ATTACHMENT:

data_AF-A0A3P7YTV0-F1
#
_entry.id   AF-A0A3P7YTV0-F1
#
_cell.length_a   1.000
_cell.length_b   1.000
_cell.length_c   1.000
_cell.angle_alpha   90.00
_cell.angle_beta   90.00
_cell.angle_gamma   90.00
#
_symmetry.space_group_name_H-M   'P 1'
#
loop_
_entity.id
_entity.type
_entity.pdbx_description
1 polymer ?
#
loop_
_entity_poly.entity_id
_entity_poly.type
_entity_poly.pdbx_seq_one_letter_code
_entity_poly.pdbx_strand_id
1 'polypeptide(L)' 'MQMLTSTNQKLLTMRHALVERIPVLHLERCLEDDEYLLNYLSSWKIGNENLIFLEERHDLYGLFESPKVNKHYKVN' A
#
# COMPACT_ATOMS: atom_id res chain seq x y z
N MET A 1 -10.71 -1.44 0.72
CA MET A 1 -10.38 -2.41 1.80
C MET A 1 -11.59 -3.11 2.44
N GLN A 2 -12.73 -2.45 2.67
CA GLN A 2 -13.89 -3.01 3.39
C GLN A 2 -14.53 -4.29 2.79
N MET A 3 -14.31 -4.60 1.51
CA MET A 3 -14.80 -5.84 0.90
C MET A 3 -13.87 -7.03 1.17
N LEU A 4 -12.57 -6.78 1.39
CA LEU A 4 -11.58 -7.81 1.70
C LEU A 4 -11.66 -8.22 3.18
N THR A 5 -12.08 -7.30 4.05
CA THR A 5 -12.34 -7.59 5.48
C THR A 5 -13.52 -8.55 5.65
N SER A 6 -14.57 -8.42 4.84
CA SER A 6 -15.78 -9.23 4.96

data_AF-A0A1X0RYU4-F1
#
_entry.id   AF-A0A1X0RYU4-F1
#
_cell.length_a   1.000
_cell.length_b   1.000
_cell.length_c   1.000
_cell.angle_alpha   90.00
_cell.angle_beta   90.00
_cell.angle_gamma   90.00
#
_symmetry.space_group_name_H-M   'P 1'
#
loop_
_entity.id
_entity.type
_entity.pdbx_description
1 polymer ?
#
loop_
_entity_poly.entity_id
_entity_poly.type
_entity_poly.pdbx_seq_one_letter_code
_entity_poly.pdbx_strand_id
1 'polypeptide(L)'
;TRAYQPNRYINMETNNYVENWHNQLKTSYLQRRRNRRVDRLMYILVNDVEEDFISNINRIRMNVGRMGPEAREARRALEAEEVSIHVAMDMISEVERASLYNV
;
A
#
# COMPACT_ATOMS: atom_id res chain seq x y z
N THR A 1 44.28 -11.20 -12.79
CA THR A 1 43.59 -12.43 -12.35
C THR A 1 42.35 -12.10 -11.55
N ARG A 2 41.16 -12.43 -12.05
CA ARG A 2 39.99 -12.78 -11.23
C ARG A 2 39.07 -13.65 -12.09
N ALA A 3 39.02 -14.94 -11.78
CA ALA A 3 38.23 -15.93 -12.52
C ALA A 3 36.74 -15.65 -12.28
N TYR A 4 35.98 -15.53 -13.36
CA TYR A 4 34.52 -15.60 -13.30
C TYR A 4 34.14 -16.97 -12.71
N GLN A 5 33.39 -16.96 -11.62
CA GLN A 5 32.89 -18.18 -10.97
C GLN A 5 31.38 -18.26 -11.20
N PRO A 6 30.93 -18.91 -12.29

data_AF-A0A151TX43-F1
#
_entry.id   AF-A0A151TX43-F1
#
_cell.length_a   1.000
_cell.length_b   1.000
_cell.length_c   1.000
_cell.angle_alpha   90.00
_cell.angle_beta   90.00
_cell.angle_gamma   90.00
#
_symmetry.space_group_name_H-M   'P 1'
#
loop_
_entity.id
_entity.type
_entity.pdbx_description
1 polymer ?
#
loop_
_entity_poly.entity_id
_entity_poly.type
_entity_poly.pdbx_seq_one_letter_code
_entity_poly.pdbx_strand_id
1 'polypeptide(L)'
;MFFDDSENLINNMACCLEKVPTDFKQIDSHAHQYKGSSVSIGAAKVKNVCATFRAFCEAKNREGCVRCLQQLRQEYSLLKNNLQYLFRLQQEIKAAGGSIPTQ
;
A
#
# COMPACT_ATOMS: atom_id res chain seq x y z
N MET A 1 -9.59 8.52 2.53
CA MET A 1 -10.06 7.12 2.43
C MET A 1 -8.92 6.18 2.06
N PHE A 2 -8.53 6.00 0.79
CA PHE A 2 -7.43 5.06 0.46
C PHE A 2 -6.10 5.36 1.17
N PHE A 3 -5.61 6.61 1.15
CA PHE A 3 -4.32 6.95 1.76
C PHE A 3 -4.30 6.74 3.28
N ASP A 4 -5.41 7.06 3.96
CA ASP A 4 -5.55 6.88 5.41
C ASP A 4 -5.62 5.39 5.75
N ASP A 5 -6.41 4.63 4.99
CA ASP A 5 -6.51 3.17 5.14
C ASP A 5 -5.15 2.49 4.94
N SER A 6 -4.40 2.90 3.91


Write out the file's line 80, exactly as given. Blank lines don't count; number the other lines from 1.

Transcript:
C ARG A 2 39.07 -13.65 -12.09